Hard Rock Live Orlando

6050 Universal Boulevard, Orlando, FL 32819

Hard Rock Live Orlando Events

  • Live Music
  • Live Comedy

Hard Rock Live Orlando hosts some of the best names in music and entertainment, and you could be standing in the front row while they play. Check out all our upcoming events on the calendar below, and grab your tickets for an unforgettable show!


Blondie & Garbage

7:00 PM - 8:00 PM

$120.50 Tables
$76.50 Lower Balcony
$67.50 Upper Balcony
$47.50 GA Standing

“Here comes the 21st Century,” Debbie Harry assuredly sang nearly three decades ago on her solo disc Def Dumb And Blonde, “it’s gonna be so much better for a girl like me.”With the turn of the century well behind us now, that gleeful prediction has certainly come true:Singer-songwriter Harry, guitarist and co-writer Chris Stein, powerhouse drummer Clem Burke and their band-mates in Blondie are undeniable pop icons, their sound and sensibility as fresh as when they first topped the charts in the late 1970s. In their newest project, Po11inator, Blondie enlisted a group of cool songwriters to contribute to the record weaving their own way into the living, breathing story of Blondie, a group that directly affected their own genetic makeup as artists. The list is enviable and reflects the dynamism of Blondie's very own cross-pollinating past – the fans and friends contributing material are blonde-bewigged superstar Sia, Blood Orange frontman Dev Hynes, British singer Charli XCX, Dave Sitek (TV On The Radio), Nick Valensi (The Strokes), Johnny Marr (The Smiths), and Canadian movie blogger and indie rocker (under the name An Unkindness) Adam Johnston. The invincible Joan Jett and cross-dressing comedian and singer John Roberts, who rose from DIY YouTube sensation to Bob’s Burgerregular, both contribute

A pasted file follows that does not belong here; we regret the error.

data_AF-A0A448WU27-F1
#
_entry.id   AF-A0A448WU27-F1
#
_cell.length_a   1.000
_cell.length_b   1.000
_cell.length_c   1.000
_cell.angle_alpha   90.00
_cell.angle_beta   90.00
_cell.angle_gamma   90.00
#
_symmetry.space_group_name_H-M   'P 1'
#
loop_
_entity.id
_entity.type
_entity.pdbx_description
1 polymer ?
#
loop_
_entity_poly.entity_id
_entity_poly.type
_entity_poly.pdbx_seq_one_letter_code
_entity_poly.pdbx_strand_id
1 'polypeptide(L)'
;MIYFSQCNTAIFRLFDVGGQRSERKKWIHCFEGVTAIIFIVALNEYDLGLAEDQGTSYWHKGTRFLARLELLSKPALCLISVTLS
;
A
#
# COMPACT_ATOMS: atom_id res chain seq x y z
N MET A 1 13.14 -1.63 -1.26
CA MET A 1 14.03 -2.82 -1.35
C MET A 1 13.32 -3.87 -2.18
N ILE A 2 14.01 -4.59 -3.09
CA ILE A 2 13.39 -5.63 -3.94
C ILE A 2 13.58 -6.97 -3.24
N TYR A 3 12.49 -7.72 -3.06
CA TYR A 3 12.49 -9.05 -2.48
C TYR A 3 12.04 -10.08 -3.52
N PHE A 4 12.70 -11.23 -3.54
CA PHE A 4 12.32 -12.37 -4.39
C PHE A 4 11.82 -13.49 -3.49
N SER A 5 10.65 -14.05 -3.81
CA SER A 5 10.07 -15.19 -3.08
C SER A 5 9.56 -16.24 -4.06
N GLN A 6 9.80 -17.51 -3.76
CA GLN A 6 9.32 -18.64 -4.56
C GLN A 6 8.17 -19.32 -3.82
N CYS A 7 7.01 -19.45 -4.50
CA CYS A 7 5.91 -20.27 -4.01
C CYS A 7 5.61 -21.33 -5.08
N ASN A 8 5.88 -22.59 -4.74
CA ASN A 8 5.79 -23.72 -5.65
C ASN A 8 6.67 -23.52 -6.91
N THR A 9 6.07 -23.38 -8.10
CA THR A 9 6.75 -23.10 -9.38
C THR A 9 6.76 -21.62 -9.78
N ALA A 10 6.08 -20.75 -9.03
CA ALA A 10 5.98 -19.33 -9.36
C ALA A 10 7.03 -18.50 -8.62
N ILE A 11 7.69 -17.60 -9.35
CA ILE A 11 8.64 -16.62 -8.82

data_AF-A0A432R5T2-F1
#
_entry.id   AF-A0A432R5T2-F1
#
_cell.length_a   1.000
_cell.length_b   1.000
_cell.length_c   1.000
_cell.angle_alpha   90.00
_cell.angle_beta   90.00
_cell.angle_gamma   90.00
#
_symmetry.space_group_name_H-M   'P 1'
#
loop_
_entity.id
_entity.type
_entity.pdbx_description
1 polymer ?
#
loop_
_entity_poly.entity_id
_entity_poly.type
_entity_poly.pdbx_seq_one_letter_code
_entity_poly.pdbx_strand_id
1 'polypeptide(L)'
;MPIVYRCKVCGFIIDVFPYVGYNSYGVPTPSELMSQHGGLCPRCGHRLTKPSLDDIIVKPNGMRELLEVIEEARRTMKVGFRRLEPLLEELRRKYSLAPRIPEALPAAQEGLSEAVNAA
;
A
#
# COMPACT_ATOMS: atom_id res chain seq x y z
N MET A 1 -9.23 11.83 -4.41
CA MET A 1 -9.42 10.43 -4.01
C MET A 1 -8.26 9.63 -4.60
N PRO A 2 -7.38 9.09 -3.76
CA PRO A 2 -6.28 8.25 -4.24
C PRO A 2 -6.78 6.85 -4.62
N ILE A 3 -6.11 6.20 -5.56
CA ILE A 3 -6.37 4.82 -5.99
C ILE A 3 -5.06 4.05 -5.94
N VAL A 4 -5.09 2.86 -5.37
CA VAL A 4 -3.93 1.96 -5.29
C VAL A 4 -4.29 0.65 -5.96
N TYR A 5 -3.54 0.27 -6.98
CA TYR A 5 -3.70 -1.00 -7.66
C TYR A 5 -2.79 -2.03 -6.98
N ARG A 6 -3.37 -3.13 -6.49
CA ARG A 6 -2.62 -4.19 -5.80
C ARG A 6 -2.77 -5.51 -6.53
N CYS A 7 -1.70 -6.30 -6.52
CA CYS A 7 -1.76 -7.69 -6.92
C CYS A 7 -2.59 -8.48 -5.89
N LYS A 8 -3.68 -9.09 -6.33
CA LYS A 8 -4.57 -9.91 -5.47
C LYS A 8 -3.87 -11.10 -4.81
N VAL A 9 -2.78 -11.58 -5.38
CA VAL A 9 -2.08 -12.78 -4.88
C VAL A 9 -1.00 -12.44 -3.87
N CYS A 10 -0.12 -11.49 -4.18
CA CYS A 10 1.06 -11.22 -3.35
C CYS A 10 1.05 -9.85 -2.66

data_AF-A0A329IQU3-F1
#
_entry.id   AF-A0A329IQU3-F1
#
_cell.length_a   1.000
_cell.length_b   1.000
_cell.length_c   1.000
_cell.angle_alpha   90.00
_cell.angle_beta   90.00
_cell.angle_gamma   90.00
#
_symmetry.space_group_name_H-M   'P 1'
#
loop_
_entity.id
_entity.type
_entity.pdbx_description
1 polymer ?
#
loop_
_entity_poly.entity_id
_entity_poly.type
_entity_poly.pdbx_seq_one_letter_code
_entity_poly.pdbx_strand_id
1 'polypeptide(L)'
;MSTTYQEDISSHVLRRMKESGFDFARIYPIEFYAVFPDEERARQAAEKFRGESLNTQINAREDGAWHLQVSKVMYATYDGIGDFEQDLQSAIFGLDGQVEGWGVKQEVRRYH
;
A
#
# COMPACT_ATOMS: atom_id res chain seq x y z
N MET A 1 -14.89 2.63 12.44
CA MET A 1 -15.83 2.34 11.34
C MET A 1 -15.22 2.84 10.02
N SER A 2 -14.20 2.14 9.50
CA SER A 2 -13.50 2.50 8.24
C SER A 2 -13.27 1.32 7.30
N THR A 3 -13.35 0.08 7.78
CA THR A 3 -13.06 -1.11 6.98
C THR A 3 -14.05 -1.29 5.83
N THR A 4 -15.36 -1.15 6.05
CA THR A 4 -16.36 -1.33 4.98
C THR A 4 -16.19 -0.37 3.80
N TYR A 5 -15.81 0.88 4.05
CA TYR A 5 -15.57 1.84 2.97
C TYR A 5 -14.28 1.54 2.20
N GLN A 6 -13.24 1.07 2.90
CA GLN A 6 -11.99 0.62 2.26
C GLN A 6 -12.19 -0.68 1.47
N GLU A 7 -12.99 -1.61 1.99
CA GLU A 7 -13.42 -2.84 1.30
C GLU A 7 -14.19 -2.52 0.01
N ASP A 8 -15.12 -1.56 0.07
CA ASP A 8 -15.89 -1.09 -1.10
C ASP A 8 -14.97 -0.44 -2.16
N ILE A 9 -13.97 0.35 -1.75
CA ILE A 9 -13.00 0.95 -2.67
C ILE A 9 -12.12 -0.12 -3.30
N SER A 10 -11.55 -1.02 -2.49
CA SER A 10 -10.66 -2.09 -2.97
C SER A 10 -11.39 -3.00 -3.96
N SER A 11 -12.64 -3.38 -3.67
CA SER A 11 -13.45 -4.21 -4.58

In the spring of 2013, the members of Garbage — Shirley Manson, Steve Marker, Duke Erikson and Butch Vig — gathered in Los Angeles to start work on their sixth studio album. Except the recording didn’   t begin in a studio, per se.  It began where so many bands first do: in a basement. The basement was Vig’   s, perhaps one of the least elaborate home studios a multi-platinum producer has ever had. “My home studio is just a room where I watch Packers games,” says Vig. “There’   s no sound proofing. It’   s just four walls of drywall. So it’   s got a bit of a trashy vibe to it.”It was a fitting launching pad for an album that, over the course of the next two and a half years, would see the band finding a way forward by looking backward, tapping into the spark of their youths to try an uninhibited back-to-basics approach. But Garbage — long known for their meticulously crafted blend of dark, industrial noise, sci-fi pop melodies, whirlwind guitar, and tricked-out rhythms — was going back-to-basics for the first time. “When you’   re a teenager, you’   re in a basement somewhere with your band, and you don’   t know what you’   re doing,” says Marker. “There’   s a lot of the teenagers that we were in this record.”Some will hear echoes of Garbage’   s 1995 debut album in Strange Little Birds— including Manson herself. “To me, this record, funnily enough, has the most to do with the first record than any of the previous records,” she says. “It’   s getting back to that beginner’   s headspace.” In part, she says, that’   s a result of not having anyone to answer to. Strange Little Birds is Garbage’   s second album off their own label, STUNVOLUME.  It’   s a return to the freedom they had when working on their very first songs at Smart Studios in Madison, Wisconsin, more than twenty years ago, before they’   d ever signed a label deal. “It’   s so liberating,” says Manson. 
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